Dr. Polsky: Community health workers (CHWs) are public health professionals who serve as trusted liaisons between patients and health care systems. The roles of CHWs vary but include: providing education/awareness; identifying and addressing barriers to care at the individual level; scheduling and/or attending appointments; providing appointment reminders and pre-appointment counseling; providing referrals to medical services; and arranging transportation.

While we do not endorse population-wide melanoma screening since there is not sufficient evidence that the potential benefits outweigh the potential harms, in the cancer arena, several studies have highlighted the efficacy and feasibility of a CHW approach to improving breast, colorectal, and cervical cancer screening rates among racial-ethnic minorities, thereby facilitating access to clinical assessments and care.

The efficacy of CHW interventions in melanoma has minimally been studied so far. One intervention at a community health fair showed that a 10–15-minute melanoma information session with a CHW resulted in substantial self-reported increases in knowledge of melanoma signs (6% vs. 94% aware of ABCDEs; p <.001) and confidence in self-screening (3% vs. 50% very confident; p<.001).

For melanoma care, CHWs could help patients learn how to examine their skin for concerning lesions, find dermatology clinics, subsequently schedule, and perhaps attend appointments, and expedite appointments for changing or growing lesions. As telemedicine-based imaging modalities become more effective, CHWs could assist patients in engaging with these platforms. CHWs could similarly help patients navigate follow-up care by assisting with scheduling of appointments and helping patients overcome socioeconomic barriers that may prevent them from adhering to follow-up care (e.g., connect with social service agencies).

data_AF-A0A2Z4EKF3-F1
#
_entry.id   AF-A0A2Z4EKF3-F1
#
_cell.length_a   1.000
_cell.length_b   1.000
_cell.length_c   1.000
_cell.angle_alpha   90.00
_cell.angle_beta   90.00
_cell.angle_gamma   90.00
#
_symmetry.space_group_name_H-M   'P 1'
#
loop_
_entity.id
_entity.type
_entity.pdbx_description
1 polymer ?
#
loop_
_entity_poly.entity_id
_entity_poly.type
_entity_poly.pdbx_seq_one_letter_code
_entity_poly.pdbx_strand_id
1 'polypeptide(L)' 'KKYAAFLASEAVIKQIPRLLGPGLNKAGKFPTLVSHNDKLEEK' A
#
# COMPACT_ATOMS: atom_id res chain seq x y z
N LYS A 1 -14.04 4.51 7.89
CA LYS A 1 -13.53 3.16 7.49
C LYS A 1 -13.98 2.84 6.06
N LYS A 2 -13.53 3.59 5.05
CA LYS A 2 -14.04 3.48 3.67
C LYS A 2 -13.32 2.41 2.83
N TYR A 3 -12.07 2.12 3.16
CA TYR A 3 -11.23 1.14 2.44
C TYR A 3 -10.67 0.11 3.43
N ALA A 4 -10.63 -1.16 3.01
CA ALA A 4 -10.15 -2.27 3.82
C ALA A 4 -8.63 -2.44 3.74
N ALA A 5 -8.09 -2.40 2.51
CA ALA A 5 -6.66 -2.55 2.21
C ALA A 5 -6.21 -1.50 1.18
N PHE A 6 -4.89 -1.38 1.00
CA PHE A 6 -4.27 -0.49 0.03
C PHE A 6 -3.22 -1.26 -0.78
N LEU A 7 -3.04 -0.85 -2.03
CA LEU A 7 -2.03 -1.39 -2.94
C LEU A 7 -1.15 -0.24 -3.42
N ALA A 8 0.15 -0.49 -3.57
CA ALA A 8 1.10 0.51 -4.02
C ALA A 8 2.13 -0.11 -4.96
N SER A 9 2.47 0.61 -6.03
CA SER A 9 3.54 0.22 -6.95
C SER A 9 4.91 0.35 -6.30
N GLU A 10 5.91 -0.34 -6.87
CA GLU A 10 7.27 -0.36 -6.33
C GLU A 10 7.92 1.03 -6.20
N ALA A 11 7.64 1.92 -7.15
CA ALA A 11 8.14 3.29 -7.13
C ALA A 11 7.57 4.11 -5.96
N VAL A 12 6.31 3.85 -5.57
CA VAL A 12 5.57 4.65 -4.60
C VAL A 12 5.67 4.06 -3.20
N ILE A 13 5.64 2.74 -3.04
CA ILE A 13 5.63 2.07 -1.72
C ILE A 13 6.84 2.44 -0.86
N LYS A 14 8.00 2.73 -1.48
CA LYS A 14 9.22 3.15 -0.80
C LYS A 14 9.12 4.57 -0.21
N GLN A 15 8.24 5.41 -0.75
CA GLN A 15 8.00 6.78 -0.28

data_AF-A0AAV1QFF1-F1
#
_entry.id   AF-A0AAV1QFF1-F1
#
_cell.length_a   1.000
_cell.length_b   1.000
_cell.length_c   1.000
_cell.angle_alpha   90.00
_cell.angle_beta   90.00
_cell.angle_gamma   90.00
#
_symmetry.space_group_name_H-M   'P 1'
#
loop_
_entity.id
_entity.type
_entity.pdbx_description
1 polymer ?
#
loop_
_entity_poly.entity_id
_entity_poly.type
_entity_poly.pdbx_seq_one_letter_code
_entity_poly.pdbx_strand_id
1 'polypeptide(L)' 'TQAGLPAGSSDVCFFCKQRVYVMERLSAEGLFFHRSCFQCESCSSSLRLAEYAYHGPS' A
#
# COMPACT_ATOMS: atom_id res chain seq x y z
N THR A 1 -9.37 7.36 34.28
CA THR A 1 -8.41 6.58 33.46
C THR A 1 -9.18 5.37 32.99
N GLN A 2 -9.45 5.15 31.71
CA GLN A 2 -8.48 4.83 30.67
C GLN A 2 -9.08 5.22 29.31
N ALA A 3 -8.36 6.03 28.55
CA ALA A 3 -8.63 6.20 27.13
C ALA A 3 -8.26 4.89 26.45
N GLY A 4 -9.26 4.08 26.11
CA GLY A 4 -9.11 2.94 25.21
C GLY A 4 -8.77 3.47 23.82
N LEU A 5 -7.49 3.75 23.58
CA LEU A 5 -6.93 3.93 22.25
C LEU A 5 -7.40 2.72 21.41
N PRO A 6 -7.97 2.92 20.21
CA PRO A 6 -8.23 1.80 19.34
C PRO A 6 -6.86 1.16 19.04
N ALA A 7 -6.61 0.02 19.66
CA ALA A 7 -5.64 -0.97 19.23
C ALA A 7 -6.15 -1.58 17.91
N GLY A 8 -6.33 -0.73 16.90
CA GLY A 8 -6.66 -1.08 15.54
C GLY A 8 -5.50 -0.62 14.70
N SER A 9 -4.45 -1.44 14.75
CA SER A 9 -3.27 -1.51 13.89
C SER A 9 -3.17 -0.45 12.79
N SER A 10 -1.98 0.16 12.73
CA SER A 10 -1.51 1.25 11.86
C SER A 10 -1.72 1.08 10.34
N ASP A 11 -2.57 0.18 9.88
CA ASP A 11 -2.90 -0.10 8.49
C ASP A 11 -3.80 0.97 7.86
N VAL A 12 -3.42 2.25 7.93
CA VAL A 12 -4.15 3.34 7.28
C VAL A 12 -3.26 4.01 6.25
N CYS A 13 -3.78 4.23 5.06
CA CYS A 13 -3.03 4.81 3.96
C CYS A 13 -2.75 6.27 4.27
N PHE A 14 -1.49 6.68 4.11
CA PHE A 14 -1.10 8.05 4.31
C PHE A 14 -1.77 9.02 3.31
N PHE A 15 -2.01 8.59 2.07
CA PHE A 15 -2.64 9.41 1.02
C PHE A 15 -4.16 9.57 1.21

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DermWorld: Do you have an idea of how many people we could be helping with your proposed interventions?

Dr. Polsky: It is very difficult to accurately estimate the number of people who could be helped through our proposed interventions. We envision deploying these interventions to lower SES communities regardless of race and ethnicity since health disparities related to socioeconomic status are very important, and overlap with the racial and ethnic disparities in melanoma.

At a minimum, there are approximately 100,000 invasive melanomas being diagnosed in the United States per year. A recent study found that about 30% were stage T2 and higher (greater than 1.0mm in thickness). We hope that our intervention could lead to a decrease in higher-stage tumors, since the care of these patients is more complex and costly, and associated with greater mortality. The same study suggests there would likely be additional benefits to diagnosing thinner T1 tumors (e.g., <0.5mm in thickness) compared to thicker T1 tumors, so we hope our intervention could help reduce tumor thickness overall among many low SES communities.

David Polsky, MD, PhD, FAAD, is an Alfred W. Kopf, MD, professor of Dermatologic Oncology at Ronald O. Perelman Department of Dermatology at NYU Grossman School of Medicine, professor in the Department of Pathology at NYU Grossman School of Medicine, vice chair of research of the Ronald O. Perelman Department of Dermatology, and director of Pigmented Lesion Service. He has no relevant commercial or financial conflicts of interest. His paper appeared in JAAD.

Disclaimer: The views and opinions expressed in this article do not necessarily reflect those of DermWorld.